Ian Wallace “Street Floor Table Page Wall Canvas” at Catriona Jeffries, Vancouver
After rejecting his late modernist painting practice of the 1960s, Ian Wallace embraced a “post-modern” turn to semiology and subject matter in his pioneering photoconceptual practice. Throughout the 1970s he created multiple series of large panoramic photographic works that featured narrative sequences of dramatic actions influenced by cinema theory. Since the early 1980s Ian Wallace’s hybrid artistic practice has integrated photography with painting by means of the lamination of photographic enlargements onto canvas.
In particular, it was the materiality of the canvas as a support or field that grounded the pictorial power of the photographic image and introduced a self-reflexive critique of the fabrication, medium and support of the artwork. The issue of process was at its centre, specifically what it is to fabricate an image and most importantly, what it means to make a picture in terms of a work of art.
A development of this self-conscious commentary on the making of a picture, represented within the imagery of the picture itself, has led Wallace to what is termed a ‘mise en abyme’, a mirroring of pictures within pictures that compounds the expressive dimension of the pictorial. It offers a web of complex referential links between each autonomous picture that has expanded his artistic project beyond the conceptual framework of any single work.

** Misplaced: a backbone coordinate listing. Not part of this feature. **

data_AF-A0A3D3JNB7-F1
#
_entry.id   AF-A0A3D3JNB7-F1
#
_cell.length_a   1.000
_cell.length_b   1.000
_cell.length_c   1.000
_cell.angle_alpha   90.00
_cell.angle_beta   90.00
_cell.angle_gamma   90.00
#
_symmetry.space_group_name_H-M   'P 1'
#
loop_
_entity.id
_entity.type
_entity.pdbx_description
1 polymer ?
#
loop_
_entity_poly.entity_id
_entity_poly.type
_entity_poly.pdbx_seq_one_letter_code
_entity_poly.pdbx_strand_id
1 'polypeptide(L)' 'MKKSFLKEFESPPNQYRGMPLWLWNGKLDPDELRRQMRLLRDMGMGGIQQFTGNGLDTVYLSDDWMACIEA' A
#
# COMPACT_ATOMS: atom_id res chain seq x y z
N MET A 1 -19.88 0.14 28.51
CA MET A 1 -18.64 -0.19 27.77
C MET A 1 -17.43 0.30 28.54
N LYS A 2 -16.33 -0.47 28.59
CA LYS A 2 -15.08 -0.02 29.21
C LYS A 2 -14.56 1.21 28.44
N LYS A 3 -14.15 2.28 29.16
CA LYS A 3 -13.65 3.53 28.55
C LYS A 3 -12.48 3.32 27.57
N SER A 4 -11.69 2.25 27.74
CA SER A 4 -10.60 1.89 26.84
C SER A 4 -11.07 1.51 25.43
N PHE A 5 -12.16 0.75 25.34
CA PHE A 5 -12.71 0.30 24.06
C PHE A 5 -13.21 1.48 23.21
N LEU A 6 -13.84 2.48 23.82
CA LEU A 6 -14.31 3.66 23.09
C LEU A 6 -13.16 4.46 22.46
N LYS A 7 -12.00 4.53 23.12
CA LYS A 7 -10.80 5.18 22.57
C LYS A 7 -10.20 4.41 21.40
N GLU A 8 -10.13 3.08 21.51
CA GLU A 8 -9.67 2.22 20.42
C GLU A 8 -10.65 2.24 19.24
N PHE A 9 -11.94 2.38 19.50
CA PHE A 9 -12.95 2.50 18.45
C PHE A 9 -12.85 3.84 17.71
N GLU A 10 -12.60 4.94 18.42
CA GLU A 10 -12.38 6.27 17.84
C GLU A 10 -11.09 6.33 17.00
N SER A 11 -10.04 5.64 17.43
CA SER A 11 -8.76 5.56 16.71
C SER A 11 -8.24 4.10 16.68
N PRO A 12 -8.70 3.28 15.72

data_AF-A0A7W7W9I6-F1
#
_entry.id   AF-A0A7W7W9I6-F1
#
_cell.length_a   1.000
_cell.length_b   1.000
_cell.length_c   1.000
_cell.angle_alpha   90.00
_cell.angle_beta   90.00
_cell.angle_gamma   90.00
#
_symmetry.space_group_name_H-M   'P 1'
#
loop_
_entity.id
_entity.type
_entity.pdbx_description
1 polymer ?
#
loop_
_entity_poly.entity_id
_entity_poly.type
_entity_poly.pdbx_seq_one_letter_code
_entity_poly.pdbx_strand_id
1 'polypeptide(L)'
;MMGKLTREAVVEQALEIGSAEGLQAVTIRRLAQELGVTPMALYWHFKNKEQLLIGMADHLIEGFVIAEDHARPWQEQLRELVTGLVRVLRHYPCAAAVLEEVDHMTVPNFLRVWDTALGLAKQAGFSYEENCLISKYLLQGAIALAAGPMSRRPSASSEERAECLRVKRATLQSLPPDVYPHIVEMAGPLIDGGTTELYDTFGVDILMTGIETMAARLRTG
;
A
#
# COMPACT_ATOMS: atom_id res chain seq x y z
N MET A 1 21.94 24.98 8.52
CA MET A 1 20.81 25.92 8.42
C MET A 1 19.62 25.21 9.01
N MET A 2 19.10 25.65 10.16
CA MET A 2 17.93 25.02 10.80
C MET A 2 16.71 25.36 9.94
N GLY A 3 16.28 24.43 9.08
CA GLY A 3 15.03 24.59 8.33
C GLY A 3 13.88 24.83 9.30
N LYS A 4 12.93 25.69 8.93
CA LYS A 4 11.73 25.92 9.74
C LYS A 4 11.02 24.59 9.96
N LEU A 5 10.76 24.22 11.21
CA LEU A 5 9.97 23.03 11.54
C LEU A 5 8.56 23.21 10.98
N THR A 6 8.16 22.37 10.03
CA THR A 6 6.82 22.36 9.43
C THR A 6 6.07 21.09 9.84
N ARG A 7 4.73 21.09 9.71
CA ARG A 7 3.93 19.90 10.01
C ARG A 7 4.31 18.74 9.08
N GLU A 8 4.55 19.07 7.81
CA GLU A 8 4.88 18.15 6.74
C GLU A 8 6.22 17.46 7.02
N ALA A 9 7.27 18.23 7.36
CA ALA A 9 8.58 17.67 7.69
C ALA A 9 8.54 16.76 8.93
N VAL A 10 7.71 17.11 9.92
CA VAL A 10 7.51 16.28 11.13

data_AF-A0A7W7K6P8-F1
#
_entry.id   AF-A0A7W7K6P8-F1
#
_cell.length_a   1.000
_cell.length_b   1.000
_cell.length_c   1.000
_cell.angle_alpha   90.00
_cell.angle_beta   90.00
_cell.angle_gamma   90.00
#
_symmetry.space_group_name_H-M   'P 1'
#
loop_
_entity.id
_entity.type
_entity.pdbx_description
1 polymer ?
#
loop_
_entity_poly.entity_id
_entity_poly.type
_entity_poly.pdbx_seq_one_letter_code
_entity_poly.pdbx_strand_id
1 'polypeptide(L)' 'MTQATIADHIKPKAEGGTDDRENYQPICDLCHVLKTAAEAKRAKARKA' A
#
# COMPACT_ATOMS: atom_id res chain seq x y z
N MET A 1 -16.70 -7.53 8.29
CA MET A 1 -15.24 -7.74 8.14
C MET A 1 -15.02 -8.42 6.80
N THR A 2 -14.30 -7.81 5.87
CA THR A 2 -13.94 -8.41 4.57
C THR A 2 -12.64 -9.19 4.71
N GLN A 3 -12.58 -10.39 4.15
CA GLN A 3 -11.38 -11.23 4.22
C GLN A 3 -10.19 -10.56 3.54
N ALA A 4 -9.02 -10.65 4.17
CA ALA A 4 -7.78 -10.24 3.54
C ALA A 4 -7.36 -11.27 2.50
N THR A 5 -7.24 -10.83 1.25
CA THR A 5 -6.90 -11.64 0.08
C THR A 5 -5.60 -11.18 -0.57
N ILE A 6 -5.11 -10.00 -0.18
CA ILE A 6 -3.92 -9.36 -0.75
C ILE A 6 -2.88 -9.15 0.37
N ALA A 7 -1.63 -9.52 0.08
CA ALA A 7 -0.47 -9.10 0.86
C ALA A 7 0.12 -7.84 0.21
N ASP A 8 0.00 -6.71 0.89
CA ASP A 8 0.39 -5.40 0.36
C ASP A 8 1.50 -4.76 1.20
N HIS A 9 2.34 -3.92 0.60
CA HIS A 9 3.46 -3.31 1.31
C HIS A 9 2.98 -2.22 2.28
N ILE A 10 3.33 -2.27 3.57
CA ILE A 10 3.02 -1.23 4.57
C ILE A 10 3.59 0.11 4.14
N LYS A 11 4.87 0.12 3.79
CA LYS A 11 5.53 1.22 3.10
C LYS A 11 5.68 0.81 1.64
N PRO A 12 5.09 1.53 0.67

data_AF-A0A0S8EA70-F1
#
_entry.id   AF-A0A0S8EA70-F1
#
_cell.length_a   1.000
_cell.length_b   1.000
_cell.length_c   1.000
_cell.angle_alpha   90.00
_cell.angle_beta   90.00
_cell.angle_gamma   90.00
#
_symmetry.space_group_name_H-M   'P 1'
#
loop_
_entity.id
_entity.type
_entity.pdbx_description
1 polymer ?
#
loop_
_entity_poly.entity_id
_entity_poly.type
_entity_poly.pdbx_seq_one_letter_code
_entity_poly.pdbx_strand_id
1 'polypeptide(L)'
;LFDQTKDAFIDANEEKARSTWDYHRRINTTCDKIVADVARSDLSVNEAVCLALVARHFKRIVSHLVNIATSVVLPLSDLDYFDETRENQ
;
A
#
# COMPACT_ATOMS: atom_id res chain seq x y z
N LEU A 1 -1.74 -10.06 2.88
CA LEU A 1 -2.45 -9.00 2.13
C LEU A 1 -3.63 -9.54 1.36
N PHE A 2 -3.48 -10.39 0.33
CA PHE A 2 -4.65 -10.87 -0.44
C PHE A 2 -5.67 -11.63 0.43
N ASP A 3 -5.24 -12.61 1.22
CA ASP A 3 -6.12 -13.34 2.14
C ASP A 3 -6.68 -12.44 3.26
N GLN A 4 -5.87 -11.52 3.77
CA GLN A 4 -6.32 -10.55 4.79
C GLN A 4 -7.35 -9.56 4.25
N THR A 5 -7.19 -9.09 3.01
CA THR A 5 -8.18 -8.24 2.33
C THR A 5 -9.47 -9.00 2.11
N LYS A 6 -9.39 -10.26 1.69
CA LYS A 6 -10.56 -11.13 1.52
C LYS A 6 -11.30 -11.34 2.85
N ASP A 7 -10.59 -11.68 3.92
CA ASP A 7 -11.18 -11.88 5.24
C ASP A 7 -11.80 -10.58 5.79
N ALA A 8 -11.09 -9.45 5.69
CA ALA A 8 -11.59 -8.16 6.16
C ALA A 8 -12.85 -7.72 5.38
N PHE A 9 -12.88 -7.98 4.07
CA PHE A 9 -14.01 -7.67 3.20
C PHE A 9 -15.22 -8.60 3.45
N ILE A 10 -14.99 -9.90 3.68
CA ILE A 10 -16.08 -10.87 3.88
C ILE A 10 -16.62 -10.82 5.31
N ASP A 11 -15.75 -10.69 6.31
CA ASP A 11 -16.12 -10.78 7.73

This occupies the lasting contradictions that have characterized the project of modernist art from the beginning: that of the tension that exists between the limits of the frame and the desire to transgress this frame and engage with those spaces beyond it, those concerns that we refer to as subject matter, and those spaces that are social, political and affective.
The positioning of field, or ground, or surface, or support as a signifying component that contributes to the complete meaning of the work extends past the stretched canvas of the easel painting, or the table, to the page, to the wall, to the floor, to the public space of the street.
at Catriona Jeffries, Vancouver
until 13 May 2017